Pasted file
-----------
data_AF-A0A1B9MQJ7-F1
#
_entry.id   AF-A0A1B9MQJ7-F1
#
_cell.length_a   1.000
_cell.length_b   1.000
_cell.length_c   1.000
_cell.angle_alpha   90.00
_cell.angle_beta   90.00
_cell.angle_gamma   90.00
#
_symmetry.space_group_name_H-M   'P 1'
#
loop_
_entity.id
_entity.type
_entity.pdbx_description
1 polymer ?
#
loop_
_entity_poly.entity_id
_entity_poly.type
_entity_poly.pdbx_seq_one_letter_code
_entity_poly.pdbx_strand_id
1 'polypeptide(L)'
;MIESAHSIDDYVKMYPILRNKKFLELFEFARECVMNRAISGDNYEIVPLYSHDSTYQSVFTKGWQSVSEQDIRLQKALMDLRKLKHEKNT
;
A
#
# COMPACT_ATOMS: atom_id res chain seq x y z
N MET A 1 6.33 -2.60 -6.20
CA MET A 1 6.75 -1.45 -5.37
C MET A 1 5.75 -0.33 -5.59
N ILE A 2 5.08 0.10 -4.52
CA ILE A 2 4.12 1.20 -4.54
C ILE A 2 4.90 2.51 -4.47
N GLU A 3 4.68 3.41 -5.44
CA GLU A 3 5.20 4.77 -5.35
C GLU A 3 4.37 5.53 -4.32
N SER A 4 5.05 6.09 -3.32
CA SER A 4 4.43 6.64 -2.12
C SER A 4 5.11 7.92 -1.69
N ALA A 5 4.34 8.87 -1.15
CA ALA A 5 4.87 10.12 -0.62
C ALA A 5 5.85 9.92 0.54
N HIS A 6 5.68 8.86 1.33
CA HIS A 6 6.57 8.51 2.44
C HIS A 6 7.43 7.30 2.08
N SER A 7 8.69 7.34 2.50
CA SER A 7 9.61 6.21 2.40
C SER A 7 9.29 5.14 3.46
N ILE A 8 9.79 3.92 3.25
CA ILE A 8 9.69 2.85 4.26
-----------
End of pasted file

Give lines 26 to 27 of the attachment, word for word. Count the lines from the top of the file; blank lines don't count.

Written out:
;MIESAHSIDDYVKMYPILRNKKFLELFEFARECVMNRAISGDNYEIVPLYSHDSTYQSVFTKGWQSVSEQDIRLQKALMDLRKLKHEKNT
;